Day 46 – Adventures Abound

We left the sugar beet aroma of Scottsbluff, NE in the morning sun and headed West and North. Agate Fossil Bed was only about an hour’s drive away. The landscape was dotted with small farms and even smaller towns. The land grew small rolling hills and eventually large rocky crags poked up to our right and left at various points along the drive.

We turned into Agate Fossil Beds and intended to stay for the movie, take a few pictures and move on. Only, the Visitor Center was filled with so many artifacts and information we stayed almost an hour. After learning about the fossils and formations in the rock; the geological layers of sediment and the eras of prehistoric wildlife; as well as the Native Americans who once lived on these lands, we had to go out and take a hike.

The hiking path was nicely maintained and there were warnings to stay on it due to rattle snakes in the vicinity. Thankful we did not see any snakes, we made note of other wildlife, including numerous red ant hills and several black centipedes. At one point along the trail I could hear crickets in stereo. But, one of the most amazing experiences of the hike was the intense silence. Out in the wilds of Nebraska it is quiet like we never hear quiet. We could almost hear our own hearts beating. If breezes blew, we could hear them. If the prairie grasses danced along with the breeze, we could almost hear them. The crickets made the loudest sounds for miles and miles. At one point I stood still for several minutes just absorbing the complete and utter silence. I wish there could have been some way of recording it. But, instead, I can only remember the experience and try to describe it.

When we reached the top of one of the rock formations we could see for miles and miles. And, surprisingly, at the top our cell phones started to bing, informing us that we now had some reception. My driver quickly put in our destination for our next stop so we would have some directions when we got back to the car.

But, most amazing of all, along the hike we saw fossils of where ancient ancestors of the modern beaver had made their homes down into the soil of 19 million years ago. Here we were on this trip, making all these stops to find ancestors of ours, and along the way in Nebraska we also find traces of ancestors of the beaver. These ancient creatures, intent on building homes, burrowed down in a cork screw fashion until they reached an acceptable depth, then spread out to make rooms for their living space. To this day, the “cork screws” of some of their burrowing is fossilized and remains visible.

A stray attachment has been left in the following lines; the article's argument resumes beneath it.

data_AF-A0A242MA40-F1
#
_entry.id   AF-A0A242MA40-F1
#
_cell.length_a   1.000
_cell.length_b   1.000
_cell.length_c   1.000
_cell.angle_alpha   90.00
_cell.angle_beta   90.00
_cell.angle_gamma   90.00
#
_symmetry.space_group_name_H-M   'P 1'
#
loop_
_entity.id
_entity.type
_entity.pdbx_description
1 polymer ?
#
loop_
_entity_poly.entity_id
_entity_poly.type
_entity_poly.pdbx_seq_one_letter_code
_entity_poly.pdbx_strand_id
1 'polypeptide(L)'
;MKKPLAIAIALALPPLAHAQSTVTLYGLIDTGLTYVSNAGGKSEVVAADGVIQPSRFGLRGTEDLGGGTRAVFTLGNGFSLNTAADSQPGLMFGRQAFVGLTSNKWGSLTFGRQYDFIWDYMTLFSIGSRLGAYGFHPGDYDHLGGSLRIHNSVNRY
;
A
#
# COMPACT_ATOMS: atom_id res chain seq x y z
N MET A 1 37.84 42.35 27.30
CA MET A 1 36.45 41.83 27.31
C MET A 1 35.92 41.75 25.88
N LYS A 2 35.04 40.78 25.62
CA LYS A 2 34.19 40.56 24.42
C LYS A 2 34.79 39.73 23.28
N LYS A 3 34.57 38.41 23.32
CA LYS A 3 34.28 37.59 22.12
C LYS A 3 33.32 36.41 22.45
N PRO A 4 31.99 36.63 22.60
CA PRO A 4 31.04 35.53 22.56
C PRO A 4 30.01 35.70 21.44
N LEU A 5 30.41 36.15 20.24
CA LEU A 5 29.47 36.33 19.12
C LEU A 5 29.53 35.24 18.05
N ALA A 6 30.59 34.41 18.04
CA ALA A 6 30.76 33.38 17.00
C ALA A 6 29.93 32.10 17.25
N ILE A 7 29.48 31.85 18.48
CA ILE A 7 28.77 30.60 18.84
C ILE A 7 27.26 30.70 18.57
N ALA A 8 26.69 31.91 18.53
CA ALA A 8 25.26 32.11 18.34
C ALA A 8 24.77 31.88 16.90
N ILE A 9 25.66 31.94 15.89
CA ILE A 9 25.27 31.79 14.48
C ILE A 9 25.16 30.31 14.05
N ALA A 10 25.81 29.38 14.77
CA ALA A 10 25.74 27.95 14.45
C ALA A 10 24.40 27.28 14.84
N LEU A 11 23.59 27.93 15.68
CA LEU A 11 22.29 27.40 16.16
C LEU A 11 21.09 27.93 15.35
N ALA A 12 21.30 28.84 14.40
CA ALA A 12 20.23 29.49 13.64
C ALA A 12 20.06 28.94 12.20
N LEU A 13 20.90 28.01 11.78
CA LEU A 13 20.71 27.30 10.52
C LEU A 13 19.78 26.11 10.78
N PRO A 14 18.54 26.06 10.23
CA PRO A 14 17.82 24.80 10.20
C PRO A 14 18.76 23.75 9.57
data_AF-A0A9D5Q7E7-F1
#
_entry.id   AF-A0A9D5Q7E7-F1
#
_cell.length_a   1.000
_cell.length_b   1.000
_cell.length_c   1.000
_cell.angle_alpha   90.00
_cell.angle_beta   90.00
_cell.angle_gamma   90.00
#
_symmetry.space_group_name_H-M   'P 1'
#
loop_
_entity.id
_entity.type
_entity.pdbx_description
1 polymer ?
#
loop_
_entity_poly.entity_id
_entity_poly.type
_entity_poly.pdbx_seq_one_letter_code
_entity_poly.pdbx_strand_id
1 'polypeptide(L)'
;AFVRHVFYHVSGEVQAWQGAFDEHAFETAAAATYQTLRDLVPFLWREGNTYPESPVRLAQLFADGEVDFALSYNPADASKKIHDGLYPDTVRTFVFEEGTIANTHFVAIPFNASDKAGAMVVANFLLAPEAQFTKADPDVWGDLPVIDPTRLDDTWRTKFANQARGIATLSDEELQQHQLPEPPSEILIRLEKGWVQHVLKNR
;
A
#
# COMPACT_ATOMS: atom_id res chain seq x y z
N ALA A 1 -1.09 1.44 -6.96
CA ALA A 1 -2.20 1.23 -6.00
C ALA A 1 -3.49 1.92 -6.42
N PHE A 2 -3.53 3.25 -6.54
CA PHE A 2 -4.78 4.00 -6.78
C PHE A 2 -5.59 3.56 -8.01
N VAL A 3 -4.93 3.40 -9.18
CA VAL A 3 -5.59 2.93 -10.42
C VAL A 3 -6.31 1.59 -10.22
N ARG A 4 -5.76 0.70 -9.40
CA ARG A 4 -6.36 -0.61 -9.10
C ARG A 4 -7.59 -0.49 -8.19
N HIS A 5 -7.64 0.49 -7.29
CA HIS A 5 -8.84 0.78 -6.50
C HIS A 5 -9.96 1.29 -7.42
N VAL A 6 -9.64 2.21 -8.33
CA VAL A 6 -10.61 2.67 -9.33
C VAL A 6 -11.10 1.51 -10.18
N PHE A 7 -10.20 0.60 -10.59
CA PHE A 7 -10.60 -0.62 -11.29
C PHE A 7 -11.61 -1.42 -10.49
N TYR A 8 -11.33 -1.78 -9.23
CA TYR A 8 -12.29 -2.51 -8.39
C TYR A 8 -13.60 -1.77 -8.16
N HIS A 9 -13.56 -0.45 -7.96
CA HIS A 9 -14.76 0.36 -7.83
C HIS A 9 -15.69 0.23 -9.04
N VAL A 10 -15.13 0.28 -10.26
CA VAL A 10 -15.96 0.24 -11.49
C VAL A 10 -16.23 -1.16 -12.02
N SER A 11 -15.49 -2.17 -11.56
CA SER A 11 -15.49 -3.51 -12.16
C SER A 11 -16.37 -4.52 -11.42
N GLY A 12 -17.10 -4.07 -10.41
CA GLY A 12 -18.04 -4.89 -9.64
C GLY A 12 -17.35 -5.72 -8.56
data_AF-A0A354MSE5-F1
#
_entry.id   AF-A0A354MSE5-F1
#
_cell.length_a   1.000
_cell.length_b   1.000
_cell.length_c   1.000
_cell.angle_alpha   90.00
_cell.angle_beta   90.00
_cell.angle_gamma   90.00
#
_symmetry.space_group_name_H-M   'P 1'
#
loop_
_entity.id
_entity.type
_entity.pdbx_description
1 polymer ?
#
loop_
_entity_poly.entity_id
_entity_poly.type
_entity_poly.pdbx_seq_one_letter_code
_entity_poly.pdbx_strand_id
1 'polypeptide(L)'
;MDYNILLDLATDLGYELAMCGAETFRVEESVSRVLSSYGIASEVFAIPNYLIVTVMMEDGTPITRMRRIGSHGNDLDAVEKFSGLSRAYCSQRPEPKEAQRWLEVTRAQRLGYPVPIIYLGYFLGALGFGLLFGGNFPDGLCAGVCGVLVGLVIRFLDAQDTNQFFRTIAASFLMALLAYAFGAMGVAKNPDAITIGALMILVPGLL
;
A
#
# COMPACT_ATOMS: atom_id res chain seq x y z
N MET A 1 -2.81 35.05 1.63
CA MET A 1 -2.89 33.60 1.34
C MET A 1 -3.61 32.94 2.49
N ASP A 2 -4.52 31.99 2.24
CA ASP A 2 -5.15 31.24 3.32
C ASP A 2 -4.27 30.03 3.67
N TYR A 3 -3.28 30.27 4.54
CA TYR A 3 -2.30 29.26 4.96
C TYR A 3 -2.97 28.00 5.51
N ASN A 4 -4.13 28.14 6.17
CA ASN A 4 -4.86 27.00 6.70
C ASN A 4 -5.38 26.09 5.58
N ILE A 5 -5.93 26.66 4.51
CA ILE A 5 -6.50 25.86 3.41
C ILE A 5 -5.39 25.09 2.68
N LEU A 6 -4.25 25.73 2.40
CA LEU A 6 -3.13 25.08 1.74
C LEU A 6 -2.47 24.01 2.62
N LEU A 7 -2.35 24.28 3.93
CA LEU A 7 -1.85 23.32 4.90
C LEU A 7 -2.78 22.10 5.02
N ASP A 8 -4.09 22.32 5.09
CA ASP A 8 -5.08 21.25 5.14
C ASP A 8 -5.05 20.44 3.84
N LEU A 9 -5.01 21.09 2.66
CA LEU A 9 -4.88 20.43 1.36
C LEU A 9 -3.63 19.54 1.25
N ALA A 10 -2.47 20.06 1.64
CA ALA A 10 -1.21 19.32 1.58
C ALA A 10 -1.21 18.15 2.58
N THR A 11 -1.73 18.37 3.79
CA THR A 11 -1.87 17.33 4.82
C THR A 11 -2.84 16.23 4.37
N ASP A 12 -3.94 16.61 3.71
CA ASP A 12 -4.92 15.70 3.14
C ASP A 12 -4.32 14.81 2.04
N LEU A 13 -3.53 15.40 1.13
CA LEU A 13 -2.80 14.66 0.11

We marveled at how life changes through the ages and how adaptable we have to be in order to allow life to advance and change into the future. And, not just life, but thought as well. If we can not accept an evolution of thoughts and ideas, how will we ever be able to make the adaptations necessary for life itself to evolve and change? Thrilling conversation occupied us for many miles as we traveled on.

Following our Gypsy (or GPS) we made the appropriate turns and suddenly we had a choice of three possible routes. The one she suggested; one that was eight minutes slower; and one that was 15 minutes slower. We chose the fastest one, because after all, we had places to go and sights to see. We were taken down a beautiful “canyon road” with cotton wood trees in firey yellow along the road. Then suddenly we were on a gravel road. We continued on. What choice did we have now? Not much, as the landscape was dry and barren grazing lands as far as the eye could see. Well, at least it was only eight miles until a turn onto the next road . . . which was also gravel. As was the next . . . and the next. We traveled on 35 miles of Nebraska gravel roads and only met two cars the entire way. But, we did see a lot of cattle, especially these lovely girls with their new earrings shinning in the sun. My driver thought they were wondering if they were going to be in my “mooovie.”

Eventually we found civilization again and were ready to stop at the first possible place for comfort and some food. Reaching the town of Custer, South Dakota didn’t seem to help much. Almost every establishment was “Closed for the Season.” One lonely bar and grill was open, so we gave in and ordered a sandwich simply because we didn’t know what else to do. It was filling, but that was about all. It probably should have been closed as well.

Now, with our brains off our stomachs we could think about Mount Rushmore and visiting the monument in the setting sun. It’s a long and twisty drive to the top, but very beautiful, too. We paid our $10.00 for the privilege of parking (for an entire YEAR) in the parking garage, and walked into the monument.

There are so many, many pictures of this rock with four faces we all recognize, that it seems like it would be passe. But, quite the contrary, we found it stunning and inspiring. We walked out along the “old view point” and remembered when we had first visited as newly weds; when we had brought our children in the ’80’s; and the last time we were here about 10 years ago. Like the evolution of thought, if we are open and supple, there is also an evolution of appreciation and wonder. Today we felt an ever deeper sense of respect for these four great leaders of our country. We stayed until darkness fell and giant flood lights illuminated their faces. It was impressive, even in the darkness.

We found our Comfort Inn on the North side of town and brought our “cup of soups” up to the room for a late night meal. It was perfect dinning after such an adventurous day. From 19 million year old fossils; to Nebraska gravel roads through the free range; to stunning likenesses of four impressive leaders; and spirited conversation; there was enough abounding grace to fill us for days and months to come.